The Bronco rushing game was explosive, with multiple runs getting to the second level of the defense. Much of the success can be attributed to the offensive line which finished with an astounding 3.5 average for adjusted Line Yards.

Line yards measure the effectiveness of offensive line play by assigning value to rushing yards gained near the line of scrimmage. View the complete formula.

Swing Points and Wasted Yards

Swing/Explosion points

Boise State - 0
Miami (OH) - 6

Wasted yards

Boise State - 165 (36% of total net yards)
Miami (OH) - 127 (62% of total net yards)

Boise State officially finished with no points off of swing or explosive plays, but the Burks reception and the Harper long touchdown run were both game changers. The Bronco efficiency is evident in the low number of wasted yards, many of which came on the drive with a snapfu leading to a missed field goal.

Swing points account for points scored on defense, special teams, or drives of 25 yards or less. I have also added field goals for 50 yards or greater to the swing points metric. Any points scored from a field position that most teams would be punting should be considered a bonus. Explosion points are accrued when a team has a play of over 60 yards that scores or leads to points being scored.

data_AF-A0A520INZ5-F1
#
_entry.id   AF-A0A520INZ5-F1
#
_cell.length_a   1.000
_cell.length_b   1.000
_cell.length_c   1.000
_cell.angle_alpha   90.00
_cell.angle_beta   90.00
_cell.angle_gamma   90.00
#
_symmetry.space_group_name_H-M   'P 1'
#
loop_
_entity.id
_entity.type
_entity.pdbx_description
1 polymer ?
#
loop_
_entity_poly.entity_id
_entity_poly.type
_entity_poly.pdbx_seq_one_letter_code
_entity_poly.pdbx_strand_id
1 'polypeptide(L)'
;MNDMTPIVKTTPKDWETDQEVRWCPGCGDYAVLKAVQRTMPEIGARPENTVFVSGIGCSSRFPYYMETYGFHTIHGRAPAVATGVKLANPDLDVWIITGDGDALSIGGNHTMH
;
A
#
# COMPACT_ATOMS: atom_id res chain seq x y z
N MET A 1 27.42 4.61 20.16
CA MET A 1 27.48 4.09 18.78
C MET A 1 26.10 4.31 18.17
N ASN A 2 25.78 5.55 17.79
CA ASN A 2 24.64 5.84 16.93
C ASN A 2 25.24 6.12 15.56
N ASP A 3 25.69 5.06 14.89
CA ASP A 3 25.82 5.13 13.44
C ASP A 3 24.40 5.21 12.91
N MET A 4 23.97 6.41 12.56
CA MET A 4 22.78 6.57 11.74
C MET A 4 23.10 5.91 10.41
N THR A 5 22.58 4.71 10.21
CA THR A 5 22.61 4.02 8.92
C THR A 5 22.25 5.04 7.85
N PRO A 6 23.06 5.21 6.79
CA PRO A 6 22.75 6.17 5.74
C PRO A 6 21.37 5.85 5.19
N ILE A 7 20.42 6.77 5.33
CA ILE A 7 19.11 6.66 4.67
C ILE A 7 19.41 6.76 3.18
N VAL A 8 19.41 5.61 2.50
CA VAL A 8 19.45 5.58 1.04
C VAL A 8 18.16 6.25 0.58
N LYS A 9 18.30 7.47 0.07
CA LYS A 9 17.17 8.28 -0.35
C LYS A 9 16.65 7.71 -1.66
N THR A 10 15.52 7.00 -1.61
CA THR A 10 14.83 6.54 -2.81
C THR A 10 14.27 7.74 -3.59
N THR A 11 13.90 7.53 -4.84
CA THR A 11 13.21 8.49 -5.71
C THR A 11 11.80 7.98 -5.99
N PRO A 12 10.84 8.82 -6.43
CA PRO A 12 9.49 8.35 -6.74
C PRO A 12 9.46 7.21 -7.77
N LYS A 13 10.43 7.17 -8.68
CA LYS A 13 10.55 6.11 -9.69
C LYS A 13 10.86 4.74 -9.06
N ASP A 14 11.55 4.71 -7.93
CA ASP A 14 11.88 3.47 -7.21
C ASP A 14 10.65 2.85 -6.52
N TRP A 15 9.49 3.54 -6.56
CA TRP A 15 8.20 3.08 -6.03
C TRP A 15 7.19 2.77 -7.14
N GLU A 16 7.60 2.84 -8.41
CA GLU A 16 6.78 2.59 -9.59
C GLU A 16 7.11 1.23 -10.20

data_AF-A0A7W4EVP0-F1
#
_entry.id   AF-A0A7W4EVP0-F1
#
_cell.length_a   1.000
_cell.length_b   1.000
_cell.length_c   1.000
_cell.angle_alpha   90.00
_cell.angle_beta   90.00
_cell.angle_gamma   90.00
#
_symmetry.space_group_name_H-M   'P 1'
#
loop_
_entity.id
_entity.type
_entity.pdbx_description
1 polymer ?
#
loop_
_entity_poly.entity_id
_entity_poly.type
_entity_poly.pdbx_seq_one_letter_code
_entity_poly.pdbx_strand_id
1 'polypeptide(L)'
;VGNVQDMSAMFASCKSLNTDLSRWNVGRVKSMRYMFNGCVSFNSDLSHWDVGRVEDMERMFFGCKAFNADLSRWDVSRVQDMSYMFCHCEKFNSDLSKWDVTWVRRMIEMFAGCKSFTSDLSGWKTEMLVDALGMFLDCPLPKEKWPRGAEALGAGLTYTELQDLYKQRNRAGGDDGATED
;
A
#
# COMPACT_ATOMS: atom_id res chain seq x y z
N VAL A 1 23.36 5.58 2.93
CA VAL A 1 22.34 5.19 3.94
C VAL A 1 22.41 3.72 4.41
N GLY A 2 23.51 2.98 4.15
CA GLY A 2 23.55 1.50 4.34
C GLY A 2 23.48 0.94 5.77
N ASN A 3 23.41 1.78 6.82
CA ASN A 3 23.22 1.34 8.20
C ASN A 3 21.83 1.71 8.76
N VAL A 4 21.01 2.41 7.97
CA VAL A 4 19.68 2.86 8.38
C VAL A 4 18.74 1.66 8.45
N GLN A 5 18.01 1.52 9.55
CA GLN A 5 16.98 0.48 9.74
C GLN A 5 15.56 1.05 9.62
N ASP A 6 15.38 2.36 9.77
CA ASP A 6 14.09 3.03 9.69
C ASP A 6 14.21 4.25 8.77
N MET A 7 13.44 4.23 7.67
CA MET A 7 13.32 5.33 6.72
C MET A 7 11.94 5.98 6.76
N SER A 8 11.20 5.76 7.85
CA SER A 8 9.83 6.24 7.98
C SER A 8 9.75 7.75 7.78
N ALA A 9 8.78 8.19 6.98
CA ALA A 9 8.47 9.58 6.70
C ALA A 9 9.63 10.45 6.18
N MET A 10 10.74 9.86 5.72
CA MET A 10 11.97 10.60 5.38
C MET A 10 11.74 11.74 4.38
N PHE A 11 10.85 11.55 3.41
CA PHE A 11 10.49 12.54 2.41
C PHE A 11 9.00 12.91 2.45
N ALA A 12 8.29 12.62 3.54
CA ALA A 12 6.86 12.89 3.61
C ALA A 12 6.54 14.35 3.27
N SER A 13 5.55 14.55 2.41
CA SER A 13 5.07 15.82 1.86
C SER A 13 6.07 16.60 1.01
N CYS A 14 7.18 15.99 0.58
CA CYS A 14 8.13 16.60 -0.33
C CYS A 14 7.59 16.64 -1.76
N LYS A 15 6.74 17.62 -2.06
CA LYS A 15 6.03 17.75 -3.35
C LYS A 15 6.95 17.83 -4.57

Wasted yards are the yards gained on non-scoring drives.

Field Position Rate

Boise State - 58%
Michigan State - 42%

The Broncos returned to dominance winning the field position battle. With the exception of the drive that started inside the 10-yard-line, Miami never had a starting position closer than their own 29-yard-line.

Field Position Percentage shows the percentage of a team's plays that took place on their opponent's side of the field versus the number of plays the opponent snapped in their side of the field. The higher the number, the better. Good teams have over 40 percent. Great teams get over 50 percent. There are a few different interpretations of Field Position Rate on the various sites. For this column, FPR accounts for the percentage of all plays in BSU territory versus plays in the opponents territory.

A brief thesis on advanced stats

Good statistics should reinforce what you see on the field. And they should have cool-sounding names.

Inside the Numbers seeks to settle both accounts with some advanced stats analysis of the Boise State football team. Make no mistake: Some of these stats are confusing. But most of them are the type of information that will give a well-rounded look into the why and how of Boise State domination. Swing by the OBNUG glossary for a primer on some of the more advanced stats.